I know little about my dad’s family but a lot about my mum’s. The photograph is of St. Martins-in-the-Field, a very famous edifice on one corner of Trafalgar Square (the National Gallery is just to the left, out of camera shot). My mother’s parents were married there and my mum and her brother were both christened there. One set of great-grandparents were married there too. Mum was born a couple of hundred of yards away, in a house close to Charing Cross Station that still exists, just below The Strand. For readers who don’t know London this is the very heart of the city, not far from Buckingham Palace and Big Ben.

This was my maternal grandmother’s stomping ground. My great-grandmother had lived in the area, was widowed and became a housekeeper there. I think my mum was born there so my great-grandmother could assist with the birth. I naturally feel a great attachment to the area and I drop into the church when I go to London. The crypt is well-known and used for charitable work.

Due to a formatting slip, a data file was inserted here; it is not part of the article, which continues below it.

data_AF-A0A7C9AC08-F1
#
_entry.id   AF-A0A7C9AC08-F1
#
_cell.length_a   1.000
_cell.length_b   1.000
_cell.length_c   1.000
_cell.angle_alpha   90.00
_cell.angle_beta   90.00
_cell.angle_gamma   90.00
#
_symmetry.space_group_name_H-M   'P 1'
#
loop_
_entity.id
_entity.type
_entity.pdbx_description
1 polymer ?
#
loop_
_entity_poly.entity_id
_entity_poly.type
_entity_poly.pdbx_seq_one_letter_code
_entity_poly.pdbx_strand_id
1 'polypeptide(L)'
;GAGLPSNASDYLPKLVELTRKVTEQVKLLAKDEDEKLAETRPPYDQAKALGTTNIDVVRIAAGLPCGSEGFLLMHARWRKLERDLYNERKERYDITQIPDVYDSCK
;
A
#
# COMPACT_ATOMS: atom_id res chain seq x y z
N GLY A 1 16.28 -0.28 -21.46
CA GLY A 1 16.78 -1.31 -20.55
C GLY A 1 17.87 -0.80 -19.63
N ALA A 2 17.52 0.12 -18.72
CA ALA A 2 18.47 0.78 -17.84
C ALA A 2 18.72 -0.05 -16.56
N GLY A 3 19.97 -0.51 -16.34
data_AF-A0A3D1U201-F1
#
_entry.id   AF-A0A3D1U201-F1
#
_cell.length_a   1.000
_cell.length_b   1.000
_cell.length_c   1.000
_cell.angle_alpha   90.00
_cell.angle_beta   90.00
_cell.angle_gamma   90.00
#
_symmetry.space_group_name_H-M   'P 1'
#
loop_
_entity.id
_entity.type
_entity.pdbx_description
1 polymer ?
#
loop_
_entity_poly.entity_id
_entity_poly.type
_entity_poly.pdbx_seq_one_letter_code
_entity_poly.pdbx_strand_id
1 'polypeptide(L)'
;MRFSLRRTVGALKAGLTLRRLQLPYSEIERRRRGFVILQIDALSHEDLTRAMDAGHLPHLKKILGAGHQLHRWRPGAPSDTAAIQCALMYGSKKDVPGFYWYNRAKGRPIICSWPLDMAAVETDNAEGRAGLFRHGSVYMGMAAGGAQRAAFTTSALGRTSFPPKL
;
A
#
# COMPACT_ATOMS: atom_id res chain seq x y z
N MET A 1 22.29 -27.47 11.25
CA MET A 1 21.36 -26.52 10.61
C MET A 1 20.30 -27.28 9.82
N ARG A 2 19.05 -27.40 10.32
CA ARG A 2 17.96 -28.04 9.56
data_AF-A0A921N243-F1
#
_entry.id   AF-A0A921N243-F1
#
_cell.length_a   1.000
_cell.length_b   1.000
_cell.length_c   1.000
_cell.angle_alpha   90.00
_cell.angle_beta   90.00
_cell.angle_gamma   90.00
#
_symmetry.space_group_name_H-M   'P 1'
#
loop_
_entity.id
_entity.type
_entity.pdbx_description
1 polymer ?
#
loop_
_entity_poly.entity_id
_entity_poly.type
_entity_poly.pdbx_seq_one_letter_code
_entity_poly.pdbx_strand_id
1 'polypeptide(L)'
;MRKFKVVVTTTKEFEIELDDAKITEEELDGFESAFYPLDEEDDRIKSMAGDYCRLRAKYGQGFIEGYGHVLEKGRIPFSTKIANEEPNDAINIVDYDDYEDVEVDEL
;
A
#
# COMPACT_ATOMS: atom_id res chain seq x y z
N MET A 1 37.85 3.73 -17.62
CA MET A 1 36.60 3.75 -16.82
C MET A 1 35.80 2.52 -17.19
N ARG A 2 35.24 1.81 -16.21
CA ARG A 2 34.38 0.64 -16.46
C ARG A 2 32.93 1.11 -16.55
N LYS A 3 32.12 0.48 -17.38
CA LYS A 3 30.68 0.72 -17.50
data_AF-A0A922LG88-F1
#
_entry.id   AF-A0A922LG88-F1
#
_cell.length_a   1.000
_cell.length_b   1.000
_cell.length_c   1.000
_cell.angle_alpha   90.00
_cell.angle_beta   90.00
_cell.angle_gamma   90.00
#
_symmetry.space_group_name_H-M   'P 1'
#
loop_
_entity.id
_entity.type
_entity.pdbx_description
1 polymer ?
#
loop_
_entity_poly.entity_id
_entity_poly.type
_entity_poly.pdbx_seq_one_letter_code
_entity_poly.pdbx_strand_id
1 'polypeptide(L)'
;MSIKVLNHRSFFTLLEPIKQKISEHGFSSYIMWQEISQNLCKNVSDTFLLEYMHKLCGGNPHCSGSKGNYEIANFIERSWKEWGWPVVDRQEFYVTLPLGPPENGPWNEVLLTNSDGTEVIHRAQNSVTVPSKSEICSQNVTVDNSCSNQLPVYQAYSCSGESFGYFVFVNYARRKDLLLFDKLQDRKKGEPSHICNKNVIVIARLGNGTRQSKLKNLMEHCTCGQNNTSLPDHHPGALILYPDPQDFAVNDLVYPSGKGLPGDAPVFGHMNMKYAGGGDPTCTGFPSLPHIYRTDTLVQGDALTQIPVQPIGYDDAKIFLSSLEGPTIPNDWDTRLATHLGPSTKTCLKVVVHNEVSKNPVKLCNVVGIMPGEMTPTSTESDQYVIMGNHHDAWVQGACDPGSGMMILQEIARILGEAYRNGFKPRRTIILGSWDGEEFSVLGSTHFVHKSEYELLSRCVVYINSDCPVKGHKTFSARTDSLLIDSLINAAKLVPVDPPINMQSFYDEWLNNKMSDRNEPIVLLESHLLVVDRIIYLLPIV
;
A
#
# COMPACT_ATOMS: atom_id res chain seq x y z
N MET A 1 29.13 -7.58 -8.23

My maternal grandmother’s family were churchgoers and my mum and uncle went to Sunday school as kids (in Bermondsey). That was about the extent of the religious observance in our family. By the end of the 19th century the national church, the Anglican Church or Church of England, was in steep decline. There were many reasons for it, many of them of the church’s own making. It had become a church of ritual, very much like the Catholic Church, and for centuries many priests had chosen the cloth as a profession, not a vocation.

I had no contact with religion as a small child. Visits to church were only for christenings, weddings and funerals. The one Christian influence I had was the family doctor, Dr. Oxford. She ran a medical mission in our neighborhood whose interior I can still see and smell to this day. Missions sprung up in most poor districts in the 19th century but were dying out when I grew up. The Welfare State was providing a safety net and organizations like the Salvation Army seemed very outdated. My dad did tell me once that the Salvation Army were a great blessing to his family, who had a very rough time during the Depression and the War.

Dr. Oxford was the most English of women. Her diction and manner were straight out of an Agatha Christie movie, she was all tweed jackets and skirts and thick stockings. But as a doctor, she took a sincere personal interest in her patients’ welfare.